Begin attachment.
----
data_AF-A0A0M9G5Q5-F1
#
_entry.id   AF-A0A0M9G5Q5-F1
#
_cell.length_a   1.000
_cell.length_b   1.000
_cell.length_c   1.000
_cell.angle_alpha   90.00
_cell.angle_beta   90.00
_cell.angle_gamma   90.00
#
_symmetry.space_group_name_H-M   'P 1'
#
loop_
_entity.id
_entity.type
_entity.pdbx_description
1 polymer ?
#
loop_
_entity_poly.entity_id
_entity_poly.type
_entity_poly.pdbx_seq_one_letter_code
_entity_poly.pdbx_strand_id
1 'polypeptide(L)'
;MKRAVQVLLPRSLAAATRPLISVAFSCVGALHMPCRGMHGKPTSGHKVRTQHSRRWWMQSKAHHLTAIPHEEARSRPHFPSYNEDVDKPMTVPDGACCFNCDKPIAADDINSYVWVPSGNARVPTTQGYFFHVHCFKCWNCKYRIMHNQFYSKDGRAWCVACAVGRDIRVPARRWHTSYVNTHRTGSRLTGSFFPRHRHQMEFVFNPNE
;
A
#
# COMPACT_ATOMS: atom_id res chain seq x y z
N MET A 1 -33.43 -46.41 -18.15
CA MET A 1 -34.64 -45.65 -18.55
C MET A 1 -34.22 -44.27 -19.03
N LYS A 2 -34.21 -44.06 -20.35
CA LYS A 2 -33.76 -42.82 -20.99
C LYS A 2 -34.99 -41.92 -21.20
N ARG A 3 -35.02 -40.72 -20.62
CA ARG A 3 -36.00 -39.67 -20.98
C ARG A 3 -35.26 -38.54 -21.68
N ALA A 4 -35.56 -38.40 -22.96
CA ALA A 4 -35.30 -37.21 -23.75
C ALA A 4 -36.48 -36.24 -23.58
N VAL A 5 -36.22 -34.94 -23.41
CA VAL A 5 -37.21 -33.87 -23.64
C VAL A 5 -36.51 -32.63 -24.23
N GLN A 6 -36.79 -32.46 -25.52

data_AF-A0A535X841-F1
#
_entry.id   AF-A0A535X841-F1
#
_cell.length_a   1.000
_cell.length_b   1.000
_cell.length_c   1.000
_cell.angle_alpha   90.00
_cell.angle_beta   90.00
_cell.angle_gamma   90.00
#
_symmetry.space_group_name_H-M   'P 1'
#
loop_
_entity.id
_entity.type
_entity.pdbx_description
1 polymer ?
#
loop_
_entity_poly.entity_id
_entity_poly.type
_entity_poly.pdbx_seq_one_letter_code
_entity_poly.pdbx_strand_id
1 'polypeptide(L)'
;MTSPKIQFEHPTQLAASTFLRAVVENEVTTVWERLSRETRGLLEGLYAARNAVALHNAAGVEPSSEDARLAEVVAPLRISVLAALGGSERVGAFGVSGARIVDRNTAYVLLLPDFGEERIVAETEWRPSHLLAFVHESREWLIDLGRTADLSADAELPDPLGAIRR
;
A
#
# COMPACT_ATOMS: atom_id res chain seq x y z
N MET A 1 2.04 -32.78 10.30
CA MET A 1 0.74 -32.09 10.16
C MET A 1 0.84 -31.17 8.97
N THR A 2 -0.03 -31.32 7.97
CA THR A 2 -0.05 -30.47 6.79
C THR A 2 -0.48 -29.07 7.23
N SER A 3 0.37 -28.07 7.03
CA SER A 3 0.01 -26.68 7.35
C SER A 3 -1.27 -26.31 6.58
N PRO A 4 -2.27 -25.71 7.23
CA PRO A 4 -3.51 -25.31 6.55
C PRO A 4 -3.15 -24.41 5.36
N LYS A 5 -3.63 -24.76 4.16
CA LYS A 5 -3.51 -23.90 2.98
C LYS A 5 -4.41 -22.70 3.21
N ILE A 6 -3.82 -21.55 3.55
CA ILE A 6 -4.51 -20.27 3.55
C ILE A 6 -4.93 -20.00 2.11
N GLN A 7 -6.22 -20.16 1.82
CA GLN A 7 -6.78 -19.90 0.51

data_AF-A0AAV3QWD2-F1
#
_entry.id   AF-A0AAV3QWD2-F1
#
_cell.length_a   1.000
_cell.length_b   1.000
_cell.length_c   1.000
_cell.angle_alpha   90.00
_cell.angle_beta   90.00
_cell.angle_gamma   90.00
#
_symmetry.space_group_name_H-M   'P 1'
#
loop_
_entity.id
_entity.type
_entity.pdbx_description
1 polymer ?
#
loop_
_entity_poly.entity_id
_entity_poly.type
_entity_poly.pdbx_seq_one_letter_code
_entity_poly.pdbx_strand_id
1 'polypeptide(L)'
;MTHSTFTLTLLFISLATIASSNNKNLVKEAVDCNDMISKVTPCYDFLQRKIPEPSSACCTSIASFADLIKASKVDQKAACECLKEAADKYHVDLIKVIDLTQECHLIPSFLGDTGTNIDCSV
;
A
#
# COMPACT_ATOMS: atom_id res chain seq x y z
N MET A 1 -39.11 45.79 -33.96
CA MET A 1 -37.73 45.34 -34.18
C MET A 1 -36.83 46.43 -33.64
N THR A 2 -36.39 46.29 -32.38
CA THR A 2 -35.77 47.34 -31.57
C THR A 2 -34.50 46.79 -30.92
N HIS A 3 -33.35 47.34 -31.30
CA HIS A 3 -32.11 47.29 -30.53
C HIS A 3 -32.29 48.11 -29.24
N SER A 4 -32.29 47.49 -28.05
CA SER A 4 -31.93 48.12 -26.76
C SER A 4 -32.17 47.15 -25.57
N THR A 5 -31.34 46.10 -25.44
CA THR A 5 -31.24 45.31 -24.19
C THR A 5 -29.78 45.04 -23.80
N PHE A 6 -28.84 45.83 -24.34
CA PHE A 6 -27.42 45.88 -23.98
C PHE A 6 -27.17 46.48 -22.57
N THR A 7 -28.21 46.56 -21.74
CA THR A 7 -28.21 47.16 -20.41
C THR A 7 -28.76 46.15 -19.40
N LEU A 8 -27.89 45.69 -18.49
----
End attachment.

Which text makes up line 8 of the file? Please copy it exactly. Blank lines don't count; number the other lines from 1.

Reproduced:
_cell.angle_alpha   90.00